Some chicken breeds that are great for meat production are:
- Bresse: 7 lbs in 16-20 weeks
- Buckeye: 9 lbs in 16-21 weeks
- Orpington: 10 lbs in 18-24 weeks
- Cornish Cross: 12 lbs in 4-6 weeks
- Jersey Giant: 13 lbs in 16-21 weeks
- Brown Leghorn: 6 lbs in 16-21 weeks
- Freedom rangers: 6 lbs in 9-11 weeks
- New Hampshire Red: 8.5 lbs in 8-10 weeks
Some recommended duck breeds for meat production are:
- Aylesbury: 5 lbs in 7-9 weeks
- Rouen: 7-9 lbs in 12-16 weeks
- Muscovy: 5-7 lbs in 16-18 weeks
- Swedish Blue: 7-8 lbs in 16-20 weeks
- Jumbo Pekin: 10-11 lbs in 12-15 weeks
Raising Chickens and Ducks as Pets
It is easy and fun to keep chickens or ducks as pets. Both birds make great pets, but ducks make better emotional support animals. Some pet ducks will even cuddle up to or neck-hug their keepers.
Before you decide to have chickens or (especially) ducks as pets, remember that they poop a lot. There are diapers you can purchase for your birds if you take them in public. However, be aware that not all places accept chicken or duck pets.
Now you know which type of poultry is best for the reasons of meat, eggs, or pets. You can use the table below as a quick reminder:
|Reason for Raising Bird
|Quick production of meat
|Raising guides and feed always available
What if you do not want to choose one, but instead, you want to raise both? Is it possible to raise chickens and ducks together? Continue reading to find out.
Raising Chickens and Ducks Together
It is not only possible, but it is also safe to raise chickens and ducks in the same coop or run.
Ducks do not compete with chickens for off-the-ground roosting areas, and they can eat the same food.
There are, however, some differences that you should note.
Feed and Water Requirements
Chickens and ducks can eat the same kind of feed. You should give your birds a formulated feed that matches their age. Aside from processed feed, your birds will happily eat:
Both birds are omnivores, so remember to vary their diet so it consists of both animal and plant-sourced ingredients.
Ducks need more water than chickens and they love to dip their heads and necks in water.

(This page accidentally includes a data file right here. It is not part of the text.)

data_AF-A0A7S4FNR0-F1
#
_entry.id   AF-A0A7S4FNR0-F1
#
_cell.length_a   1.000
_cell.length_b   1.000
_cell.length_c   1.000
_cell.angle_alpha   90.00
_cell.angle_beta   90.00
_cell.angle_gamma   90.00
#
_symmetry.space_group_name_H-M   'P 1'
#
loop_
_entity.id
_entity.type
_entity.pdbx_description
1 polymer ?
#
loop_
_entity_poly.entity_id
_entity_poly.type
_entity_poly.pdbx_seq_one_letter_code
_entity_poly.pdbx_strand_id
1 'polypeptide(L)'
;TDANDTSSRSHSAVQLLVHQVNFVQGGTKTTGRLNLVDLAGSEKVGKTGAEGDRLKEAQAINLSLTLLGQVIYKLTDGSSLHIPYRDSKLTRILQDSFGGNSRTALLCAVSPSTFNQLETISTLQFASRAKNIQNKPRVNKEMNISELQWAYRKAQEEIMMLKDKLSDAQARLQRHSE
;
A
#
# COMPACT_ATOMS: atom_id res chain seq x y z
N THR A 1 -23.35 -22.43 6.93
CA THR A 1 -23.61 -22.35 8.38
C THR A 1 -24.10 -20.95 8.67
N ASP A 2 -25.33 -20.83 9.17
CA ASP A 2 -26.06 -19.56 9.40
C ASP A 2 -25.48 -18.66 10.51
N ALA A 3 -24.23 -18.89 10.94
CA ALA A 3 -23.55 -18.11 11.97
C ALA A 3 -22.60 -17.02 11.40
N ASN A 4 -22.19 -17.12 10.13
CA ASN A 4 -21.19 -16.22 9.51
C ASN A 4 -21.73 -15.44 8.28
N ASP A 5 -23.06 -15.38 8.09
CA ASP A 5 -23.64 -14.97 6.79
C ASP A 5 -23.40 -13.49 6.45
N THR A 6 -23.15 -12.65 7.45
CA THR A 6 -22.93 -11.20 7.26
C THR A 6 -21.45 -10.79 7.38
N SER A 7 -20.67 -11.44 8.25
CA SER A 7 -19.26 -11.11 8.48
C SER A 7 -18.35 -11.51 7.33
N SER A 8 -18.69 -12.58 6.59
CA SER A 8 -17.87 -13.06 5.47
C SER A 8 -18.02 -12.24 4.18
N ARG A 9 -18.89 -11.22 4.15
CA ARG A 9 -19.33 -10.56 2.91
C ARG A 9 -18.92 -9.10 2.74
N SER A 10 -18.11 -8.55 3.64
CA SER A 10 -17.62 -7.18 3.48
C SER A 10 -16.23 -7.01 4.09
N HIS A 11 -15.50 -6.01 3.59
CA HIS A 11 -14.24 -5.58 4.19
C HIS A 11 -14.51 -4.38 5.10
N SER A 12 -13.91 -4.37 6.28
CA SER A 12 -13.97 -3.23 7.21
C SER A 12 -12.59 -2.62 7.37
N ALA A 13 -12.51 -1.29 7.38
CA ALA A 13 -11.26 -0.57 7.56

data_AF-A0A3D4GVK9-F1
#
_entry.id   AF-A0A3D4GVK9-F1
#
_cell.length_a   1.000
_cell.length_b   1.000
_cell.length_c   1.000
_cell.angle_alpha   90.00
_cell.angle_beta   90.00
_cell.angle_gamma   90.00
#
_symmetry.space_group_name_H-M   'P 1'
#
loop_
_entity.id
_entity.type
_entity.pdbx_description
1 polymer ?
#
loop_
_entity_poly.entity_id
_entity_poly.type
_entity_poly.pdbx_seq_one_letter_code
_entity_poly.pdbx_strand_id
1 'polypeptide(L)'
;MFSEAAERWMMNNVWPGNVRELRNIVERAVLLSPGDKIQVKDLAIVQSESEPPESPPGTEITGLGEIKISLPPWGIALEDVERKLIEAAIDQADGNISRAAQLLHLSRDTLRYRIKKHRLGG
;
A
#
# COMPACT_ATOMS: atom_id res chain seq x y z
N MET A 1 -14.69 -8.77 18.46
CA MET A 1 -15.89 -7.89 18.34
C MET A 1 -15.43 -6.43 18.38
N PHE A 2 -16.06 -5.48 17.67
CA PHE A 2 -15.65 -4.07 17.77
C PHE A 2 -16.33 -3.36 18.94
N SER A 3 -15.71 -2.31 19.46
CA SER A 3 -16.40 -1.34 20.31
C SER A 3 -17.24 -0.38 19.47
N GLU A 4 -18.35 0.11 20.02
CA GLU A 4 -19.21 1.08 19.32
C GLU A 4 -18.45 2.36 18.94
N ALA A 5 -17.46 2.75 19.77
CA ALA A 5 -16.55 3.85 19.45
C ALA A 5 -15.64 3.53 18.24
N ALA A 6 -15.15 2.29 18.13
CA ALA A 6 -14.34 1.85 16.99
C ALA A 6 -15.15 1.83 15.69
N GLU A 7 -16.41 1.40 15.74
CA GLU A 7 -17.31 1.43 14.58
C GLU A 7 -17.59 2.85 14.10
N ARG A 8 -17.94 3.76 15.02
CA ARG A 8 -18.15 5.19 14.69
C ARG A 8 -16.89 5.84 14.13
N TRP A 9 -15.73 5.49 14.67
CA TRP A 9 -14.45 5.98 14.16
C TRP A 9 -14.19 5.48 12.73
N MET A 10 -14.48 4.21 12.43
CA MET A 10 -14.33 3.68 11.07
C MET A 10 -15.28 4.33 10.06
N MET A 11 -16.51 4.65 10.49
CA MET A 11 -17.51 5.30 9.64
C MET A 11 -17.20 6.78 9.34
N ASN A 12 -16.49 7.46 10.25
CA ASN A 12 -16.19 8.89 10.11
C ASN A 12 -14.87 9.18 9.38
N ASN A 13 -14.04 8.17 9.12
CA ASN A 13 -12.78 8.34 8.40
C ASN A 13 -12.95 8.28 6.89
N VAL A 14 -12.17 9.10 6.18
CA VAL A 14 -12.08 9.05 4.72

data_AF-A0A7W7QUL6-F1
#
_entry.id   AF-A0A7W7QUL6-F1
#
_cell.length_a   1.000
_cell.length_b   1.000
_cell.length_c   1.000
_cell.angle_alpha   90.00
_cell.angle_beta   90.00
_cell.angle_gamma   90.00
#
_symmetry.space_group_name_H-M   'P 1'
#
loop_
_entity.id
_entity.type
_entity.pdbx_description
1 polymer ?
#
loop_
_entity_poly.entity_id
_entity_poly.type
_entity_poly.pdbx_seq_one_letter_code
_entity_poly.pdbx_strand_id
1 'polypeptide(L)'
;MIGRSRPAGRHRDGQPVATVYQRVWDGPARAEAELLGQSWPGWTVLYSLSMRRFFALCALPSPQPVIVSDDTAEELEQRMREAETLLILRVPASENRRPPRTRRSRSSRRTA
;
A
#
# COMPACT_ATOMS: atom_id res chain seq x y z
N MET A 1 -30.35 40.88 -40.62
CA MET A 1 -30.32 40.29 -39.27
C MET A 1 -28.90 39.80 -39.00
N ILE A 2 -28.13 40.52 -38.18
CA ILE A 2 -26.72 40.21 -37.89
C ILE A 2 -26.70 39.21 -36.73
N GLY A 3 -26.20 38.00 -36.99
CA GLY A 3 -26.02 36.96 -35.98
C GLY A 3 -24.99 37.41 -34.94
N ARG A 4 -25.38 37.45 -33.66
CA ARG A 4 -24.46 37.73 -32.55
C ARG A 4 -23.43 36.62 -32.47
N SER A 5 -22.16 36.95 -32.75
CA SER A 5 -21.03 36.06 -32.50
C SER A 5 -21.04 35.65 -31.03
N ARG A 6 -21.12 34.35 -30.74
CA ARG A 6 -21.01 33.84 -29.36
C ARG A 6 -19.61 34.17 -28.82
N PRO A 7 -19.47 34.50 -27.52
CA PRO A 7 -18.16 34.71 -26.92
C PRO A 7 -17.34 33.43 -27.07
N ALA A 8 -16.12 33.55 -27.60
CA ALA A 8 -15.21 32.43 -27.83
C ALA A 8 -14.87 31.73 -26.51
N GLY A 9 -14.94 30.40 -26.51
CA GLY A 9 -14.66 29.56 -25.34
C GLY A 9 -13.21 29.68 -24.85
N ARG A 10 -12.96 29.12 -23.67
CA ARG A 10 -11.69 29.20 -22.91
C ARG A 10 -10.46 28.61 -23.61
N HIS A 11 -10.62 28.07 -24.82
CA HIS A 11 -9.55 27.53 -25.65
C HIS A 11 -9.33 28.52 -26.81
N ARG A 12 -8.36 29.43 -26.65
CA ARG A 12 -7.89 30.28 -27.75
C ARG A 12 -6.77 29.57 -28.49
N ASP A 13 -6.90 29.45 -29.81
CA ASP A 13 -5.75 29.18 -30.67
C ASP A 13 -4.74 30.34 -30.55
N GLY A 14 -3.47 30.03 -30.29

In fact, ducks love to play with water, so you should provide water in a large container (such as a plastic swimming pool or bathing tub) that they can swim in.
Housing and Care Requirements
A normal chicken coop is enough for both chickens and ducks. You can use straw, hay, or any material of your choice as the coop bedding.
During winter, make sure that there are no drafts in the coop. It is a good idea to provide an extra heat source as the temperature drops below freezing, and to properly insulate the coop.
Give your birds cereals or feeds with corn in the evening during the winter months. Digesting the corn helps keep them warm at night. You can also hang vegetables such as cabbages in the coop to keep the birds busy.
Always remember to clear out the old bedding when it becomes full of manure. Heavily soiled bedding can harbor disease organisms that could infect the whole flock.
Chicken and Duck Diseases
Some common duck and chicken diseases are:
- Poultry Lice: A wingless parasitic insect that infects birds.
- Salmonellosis: The bacterium Salmonella enterica infects a wide range of hosts including chickens and ducks.
- Fowl Typhoid: A contagious disease caused by the bacterium Salmonella gallinarum.
- Coccidiosis: A very common poultry disease caused by organisms in the subclass Coccidia.
- Erysipelas: A disease affecting birds that is caused by the bacterium Erysipelothrix insidiosa.
If a bird shows any signs of disease, contact a vet immediately and isolate the bird so that the disease does not spread.
Now you know how to raise chickens and ducks. You also know some common diseases shared by chickens and ducks. Take good care of and enjoy your birds.
Both chickens and ducks are easy to raise. The bird you choose should depend on your reason for raising them. Ducks do not grow quickly like chickens but produce larger eggs. Chickens are easier to get, so many people choose chickens. Both birds are fun and rewarding to raise.
Will you choose to raise chickens or ducks? Can you raise both? Share your thoughts in the comment section below.